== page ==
Dave Rich is Deputy Director of Communications at the Community Security Trust. CST is a registered charity.
Writing in today’s Jewish Chronicle, Dave Rich provides what he calls a guide to ‘Jew-hate for the perplexed.’ It is impossible to take seriously the views of someone that believes Naz Shah’s satirical Facebook post (shared via American Jewish scholar, Norman Finkelstein’s website) was tantamount to
Endorsing the mass deportation of its citizens – ethnic cleansing, effectively and denying the legitimacy of Jewish sovereignty in the region.
By using the term ‘Jewish sovereignty‘ he – unwittingly – underlines the reality of Israel as an ethnic-supremacist state, like Apartheid-era South Africa.
Rich divides language used to criticise Israel into two types: he reluctantly concedes that although the first type used to criticise Israel, involving ‘human rights,’ ‘discrimination,’ and ‘inequality’ is ‘inaccurate,’ it is more likely to be legitimate.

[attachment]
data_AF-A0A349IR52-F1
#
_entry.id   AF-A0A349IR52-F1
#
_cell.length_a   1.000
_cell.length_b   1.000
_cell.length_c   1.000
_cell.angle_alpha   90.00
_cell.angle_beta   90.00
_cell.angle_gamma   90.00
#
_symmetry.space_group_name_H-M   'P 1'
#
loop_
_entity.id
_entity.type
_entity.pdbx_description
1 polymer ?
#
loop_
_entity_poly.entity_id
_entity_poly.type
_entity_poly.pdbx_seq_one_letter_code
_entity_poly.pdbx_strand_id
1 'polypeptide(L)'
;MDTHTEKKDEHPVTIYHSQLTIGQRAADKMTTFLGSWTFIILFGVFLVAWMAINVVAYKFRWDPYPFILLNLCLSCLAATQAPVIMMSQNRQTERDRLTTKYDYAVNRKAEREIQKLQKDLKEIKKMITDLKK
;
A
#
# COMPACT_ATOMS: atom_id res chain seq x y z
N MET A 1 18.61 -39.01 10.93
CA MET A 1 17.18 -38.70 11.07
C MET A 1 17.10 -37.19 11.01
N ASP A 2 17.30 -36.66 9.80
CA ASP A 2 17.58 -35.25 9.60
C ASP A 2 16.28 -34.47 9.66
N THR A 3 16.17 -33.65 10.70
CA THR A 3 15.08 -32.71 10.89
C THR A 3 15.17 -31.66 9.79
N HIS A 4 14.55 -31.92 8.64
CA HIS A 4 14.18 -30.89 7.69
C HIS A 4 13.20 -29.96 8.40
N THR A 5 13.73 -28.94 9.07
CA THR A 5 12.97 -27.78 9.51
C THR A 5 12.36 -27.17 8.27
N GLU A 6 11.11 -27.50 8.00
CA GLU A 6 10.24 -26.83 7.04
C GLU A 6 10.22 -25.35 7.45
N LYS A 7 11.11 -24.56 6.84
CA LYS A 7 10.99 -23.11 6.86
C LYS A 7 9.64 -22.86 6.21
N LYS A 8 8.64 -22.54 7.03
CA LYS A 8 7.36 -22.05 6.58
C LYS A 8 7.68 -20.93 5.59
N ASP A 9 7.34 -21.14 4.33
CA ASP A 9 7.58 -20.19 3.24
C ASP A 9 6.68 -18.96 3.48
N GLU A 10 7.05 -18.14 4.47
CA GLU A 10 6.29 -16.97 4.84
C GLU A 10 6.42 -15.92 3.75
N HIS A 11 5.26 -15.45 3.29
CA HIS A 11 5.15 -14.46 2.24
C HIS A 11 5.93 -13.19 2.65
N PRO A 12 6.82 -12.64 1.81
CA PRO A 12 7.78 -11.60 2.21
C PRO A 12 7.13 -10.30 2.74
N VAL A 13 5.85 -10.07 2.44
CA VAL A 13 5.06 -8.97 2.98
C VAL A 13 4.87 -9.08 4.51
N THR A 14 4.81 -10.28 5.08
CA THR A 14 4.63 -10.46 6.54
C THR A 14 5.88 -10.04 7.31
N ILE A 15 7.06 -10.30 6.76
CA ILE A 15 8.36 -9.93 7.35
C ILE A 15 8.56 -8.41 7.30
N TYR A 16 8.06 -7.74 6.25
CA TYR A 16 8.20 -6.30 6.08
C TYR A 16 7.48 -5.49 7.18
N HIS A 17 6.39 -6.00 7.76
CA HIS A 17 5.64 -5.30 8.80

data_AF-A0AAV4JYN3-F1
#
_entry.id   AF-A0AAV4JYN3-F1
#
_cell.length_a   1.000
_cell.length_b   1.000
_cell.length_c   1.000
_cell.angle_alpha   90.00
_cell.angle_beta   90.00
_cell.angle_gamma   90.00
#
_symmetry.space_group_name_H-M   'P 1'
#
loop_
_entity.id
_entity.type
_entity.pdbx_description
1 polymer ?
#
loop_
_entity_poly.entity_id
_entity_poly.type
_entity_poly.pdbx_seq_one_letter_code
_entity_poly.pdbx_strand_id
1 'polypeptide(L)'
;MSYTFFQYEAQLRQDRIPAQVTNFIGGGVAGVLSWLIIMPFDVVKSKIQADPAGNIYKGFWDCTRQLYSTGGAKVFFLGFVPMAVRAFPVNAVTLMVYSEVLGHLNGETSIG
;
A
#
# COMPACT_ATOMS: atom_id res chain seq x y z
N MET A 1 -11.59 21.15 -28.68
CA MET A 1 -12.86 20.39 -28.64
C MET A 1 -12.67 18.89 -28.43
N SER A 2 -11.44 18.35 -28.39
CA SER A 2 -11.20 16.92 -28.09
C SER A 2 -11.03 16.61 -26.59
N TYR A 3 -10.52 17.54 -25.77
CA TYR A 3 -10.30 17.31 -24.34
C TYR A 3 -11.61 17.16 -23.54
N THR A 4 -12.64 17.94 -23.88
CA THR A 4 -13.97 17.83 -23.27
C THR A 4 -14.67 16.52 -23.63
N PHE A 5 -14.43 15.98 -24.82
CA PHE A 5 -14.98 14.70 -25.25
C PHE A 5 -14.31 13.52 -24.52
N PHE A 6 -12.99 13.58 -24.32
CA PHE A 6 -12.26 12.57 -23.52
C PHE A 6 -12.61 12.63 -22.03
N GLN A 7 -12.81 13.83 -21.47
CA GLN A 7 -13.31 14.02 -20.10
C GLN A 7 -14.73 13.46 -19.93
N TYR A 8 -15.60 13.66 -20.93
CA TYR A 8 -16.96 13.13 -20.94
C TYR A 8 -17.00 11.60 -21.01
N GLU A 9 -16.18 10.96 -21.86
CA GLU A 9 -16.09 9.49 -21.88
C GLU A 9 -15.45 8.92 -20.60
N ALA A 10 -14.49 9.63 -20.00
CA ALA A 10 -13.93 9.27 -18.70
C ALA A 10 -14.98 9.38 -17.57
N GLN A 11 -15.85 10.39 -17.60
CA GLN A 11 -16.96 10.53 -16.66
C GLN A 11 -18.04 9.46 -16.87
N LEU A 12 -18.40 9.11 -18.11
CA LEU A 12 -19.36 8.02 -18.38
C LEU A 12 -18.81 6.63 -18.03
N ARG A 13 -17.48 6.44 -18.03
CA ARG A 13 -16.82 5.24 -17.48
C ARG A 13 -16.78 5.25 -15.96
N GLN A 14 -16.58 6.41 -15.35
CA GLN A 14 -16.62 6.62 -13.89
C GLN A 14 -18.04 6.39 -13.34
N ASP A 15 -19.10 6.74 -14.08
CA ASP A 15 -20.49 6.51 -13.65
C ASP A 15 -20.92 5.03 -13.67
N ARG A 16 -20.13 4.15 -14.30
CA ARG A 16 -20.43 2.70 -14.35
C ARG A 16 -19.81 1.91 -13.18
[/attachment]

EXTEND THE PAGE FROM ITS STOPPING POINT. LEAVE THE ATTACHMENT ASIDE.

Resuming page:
The second type, he writes, ‘is the reservoir of antisemitic ideas that lies deep in Europe’s culture.’ As an example, he cites the alleged use of “Zio” by members of the Oxford University Labour Club. Electronic Intifada’s investigation concluded that cases of antisemitism at OULC were fabricated.
Rich claims ‘Zio’ is a term ‘only used by people who are hostile to Zionism’:
Jewish students do not call each other “Zio” as a term of endearment…. “Zio” is a derogatory term used in an abusive and bigoted way.
He dismisses the idea that it is ‘simply an abbreviation of “Zionist” with no further meaning.’ He is correct to observe that the term is pre-dominantly (though not exclusively) used by those critical of political Zionism, particularly on Twitter. But his fixation on the abbreviation of ‘Zionist’ serves to obscure his central argument: that it must never be used in a pejorative way. On this, he is in agreement with Momentum’s Jon Lansman. Continue reading “CST implies ‘Zionist’ should only be used as a term of endearment”